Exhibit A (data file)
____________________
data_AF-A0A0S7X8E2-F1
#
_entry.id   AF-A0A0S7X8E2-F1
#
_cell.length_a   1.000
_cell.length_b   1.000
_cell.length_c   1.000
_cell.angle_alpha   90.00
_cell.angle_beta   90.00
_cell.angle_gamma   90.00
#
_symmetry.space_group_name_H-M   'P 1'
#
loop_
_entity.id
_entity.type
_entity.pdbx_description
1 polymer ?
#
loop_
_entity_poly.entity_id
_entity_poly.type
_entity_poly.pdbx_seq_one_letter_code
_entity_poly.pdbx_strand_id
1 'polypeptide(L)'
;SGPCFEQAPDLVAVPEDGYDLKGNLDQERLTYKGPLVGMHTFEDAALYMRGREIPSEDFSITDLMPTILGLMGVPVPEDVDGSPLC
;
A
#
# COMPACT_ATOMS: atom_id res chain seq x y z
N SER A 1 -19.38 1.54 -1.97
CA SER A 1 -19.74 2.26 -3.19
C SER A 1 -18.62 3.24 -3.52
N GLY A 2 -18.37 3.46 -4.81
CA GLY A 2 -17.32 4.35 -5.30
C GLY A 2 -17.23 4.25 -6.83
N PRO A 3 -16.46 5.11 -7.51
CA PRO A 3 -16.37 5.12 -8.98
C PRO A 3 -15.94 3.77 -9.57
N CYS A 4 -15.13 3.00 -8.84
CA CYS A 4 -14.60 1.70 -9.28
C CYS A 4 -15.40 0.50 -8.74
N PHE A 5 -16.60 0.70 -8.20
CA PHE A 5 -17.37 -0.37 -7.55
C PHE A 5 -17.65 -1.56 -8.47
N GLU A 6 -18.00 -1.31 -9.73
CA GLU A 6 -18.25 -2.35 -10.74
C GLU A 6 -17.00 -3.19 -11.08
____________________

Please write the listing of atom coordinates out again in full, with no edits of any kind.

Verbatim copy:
data_AF-A0A0S7X8E2-F1
#
_entry.id   AF-A0A0S7X8E2-F1
#
_cell.length_a   1.000
_cell.length_b   1.000
_cell.length_c   1.000
_cell.angle_alpha   90.00
_cell.angle_beta   90.00
_cell.angle_gamma   90.00
#
_symmetry.space_group_name_H-M   'P 1'
#
loop_
_entity.id
_entity.type
_entity.pdbx_description
1 polymer ?
#
loop_
_entity_poly.entity_id
_entity_poly.type
_entity_poly.pdbx_seq_one_letter_code
_entity_poly.pdbx_strand_id
1 'polypeptide(L)'
;SGPCFEQAPDLVAVPEDGYDLKGNLDQERLTYKGPLVGMHTFEDAALYMRGREIPSEDFSITDLMPTILGLMGVPVPEDVDGSPLC
;
A
#
# COMPACT_ATOMS: atom_id res chain seq x y z
N SER A 1 -19.38 1.54 -1.97
CA SER A 1 -19.74 2.26 -3.19
C SER A 1 -18.62 3.24 -3.52
N GLY A 2 -18.37 3.46 -4.81
CA GLY A 2 -17.32 4.35 -5.30
C GLY A 2 -17.23 4.25 -6.83
N PRO A 3 -16.46 5.11 -7.51
CA PRO A 3 -16.37 5.12 -8.98
C PRO A 3 -15.94 3.77 -9.57
N CYS A 4 -15.13 3.00 -8.84
CA CYS A 4 -14.60 1.70 -9.28
C CYS A 4 -15.40 0.50 -8.74
N PHE A 5 -16.60 0.70 -8.20
CA PHE A 5 -17.37 -0.37 -7.55
C PHE A 5 -17.65 -1.56 -8.47
N GLU A 6 -18.00 -1.31 -9.73
CA GLU A 6 -18.25 -2.35 -10.74
C GLU A 6 -17.00 -3.19 -11.08